[0106] After initializing the positions POS_{1}, POS_{2}, . . . POS_{P#} of the particles P_{1}, P_{2}, . . . P_{P#}, the network evolver 702 in step 810 determines a personal best value PBEST_{x}, a personal best position PBESTX_{x}, a local best value LBEST_{x}, and a local best position LBESTX_{x }for each particle of the particles P_{1}, P_{2}, . . . P_{P#}. More specifically, each personal best value PBEST_{x }represents the corresponding best definition obtained by the particle P_{x }for the neural network 100, and each personal best position PBESTX_{x }represents the position in hyperspace where the particle P_{x }obtained its corresponding particle best value PBEST_{x}. Similarly, each local best value LBEST_{x }represents the corresponding best definition obtained by a particle group PG_{x }that includes particles P_{x−L}, . . . P_{x−1}, P_{x}, P_{x+1}, . . . P_{x+L}, and each local best position LBESTX_{x }represents the position in hyperspace where the particle group PG_{x }obtained its corresponding local best value LBEST_{x}.
[0107] In an exemplary embodiment, the particle groups PG_{1}, PG_{2}, . . . PG_{P#} are defined in a circular array fashion based upon a local neighbor parameter L. More specifically, if the local neighbor parameter L is equal to 2 and the number of particles is equal to 20, then the first particle group PG_{1 }would include particles P_{19}, P_{20}, P_{1}, P_{2}, and P_{3 }and the second particle group PG_{2 }would include the particles P_{20}, P_{1}, P_{2}, P_{3}, and P_{4}. It should be appreciated by those skilled in the art that if the local neighbor parameter L is equal to or greater than onehalf the number of particles P#, then a single local best value LBEST and corresponding local best position LBESTX may be used since all of the particle groups PG_{1}, PG_{2}, . . . PG_{P#} would include every particle P_{1}, P_{2}, . . . P_{P#} of the particle swarm S. This special case is referred to as a global version of the particle swarm optimizer implemented by the network evolver 702. Moreover, the single local best value LBEST and corresponding local best position LBESTX in this special case are referred to as the global best value GBEST and the global best position GBESTX, respectively.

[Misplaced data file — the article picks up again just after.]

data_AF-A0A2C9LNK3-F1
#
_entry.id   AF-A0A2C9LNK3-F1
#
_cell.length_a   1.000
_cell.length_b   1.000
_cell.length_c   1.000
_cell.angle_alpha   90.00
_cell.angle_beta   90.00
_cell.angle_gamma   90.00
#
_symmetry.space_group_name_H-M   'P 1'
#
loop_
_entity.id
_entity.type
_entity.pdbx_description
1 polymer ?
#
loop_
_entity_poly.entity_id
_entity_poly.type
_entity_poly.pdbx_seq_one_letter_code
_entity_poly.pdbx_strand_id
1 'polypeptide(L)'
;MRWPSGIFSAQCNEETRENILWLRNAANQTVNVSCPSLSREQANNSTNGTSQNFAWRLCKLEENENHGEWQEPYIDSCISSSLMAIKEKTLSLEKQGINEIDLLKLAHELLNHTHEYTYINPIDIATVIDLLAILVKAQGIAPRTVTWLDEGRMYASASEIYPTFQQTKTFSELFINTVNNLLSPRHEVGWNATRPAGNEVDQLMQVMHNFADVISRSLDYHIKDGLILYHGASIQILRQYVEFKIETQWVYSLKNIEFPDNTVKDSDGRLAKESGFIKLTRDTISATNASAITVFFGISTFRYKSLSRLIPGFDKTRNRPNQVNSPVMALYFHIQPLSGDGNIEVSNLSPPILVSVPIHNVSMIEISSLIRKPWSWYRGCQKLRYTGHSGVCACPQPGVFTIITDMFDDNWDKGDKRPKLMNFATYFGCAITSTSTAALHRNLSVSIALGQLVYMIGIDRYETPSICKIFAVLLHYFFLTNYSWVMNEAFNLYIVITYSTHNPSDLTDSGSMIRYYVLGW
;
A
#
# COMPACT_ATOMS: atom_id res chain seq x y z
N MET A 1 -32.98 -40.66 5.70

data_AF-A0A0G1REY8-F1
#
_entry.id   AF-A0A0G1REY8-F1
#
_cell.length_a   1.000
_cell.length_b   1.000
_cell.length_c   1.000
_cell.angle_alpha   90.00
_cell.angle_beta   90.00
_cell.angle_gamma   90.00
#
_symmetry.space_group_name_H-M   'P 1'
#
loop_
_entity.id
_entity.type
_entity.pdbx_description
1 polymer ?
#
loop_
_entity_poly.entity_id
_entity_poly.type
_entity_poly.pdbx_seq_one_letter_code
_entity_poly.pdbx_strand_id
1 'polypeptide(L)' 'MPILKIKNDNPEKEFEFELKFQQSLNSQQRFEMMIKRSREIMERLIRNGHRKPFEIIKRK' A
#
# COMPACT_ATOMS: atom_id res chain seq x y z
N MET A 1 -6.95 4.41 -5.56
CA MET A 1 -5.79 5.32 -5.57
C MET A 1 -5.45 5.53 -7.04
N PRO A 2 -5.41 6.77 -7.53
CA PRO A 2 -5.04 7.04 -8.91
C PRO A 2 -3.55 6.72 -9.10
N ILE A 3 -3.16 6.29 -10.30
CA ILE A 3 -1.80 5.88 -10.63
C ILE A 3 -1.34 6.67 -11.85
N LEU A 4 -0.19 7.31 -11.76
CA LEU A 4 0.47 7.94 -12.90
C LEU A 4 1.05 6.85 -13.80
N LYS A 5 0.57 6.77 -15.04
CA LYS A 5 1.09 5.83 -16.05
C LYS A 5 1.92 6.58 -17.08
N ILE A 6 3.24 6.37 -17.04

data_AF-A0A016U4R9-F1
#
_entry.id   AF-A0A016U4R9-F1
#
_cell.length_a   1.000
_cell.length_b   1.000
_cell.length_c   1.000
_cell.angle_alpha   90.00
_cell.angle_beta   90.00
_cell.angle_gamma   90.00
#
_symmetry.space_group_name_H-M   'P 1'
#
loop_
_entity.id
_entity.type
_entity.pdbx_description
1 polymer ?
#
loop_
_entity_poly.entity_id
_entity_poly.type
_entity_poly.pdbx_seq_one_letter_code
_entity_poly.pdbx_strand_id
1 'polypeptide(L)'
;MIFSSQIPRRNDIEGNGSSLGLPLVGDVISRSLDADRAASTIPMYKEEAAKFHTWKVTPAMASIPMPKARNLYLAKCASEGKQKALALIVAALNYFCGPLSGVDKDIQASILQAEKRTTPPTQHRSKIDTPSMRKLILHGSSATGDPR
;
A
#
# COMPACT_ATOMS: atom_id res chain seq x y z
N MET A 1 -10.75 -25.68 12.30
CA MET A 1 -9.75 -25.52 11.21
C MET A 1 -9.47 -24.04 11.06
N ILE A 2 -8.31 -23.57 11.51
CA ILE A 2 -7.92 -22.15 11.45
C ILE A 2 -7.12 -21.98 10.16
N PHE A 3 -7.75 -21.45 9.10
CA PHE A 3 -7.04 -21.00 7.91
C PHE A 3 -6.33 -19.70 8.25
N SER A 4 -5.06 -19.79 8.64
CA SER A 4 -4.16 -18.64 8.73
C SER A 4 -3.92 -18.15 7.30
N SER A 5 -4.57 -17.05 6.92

[0108] It has been found that the larger the local neighbor parameter L becomes the quicker (i.e. less iterations) on average the particle swarm optimizer of the network evolver 702 converges to an optimum. However, as the local neighbor parameter L becomes larger, the particle swarm optimizer of the network evolver 702 is more likely to converge on a local optimum instead of a global optimum. In other words, as the local neighbor parameter L becomes larger, the more likely the particle swarm optimizer of the network evolver 702 will fail to obtain a definition for the neural network 100 that achieves a desired level of performance. Accordingly, in an exemplary embodiment, the network evolver 702 utilizes a local neighbor parameter L of 2 which has been found to cause the particle swarm optimizer to converge on a global optimum as opposed to a local optimum at highly successful rate.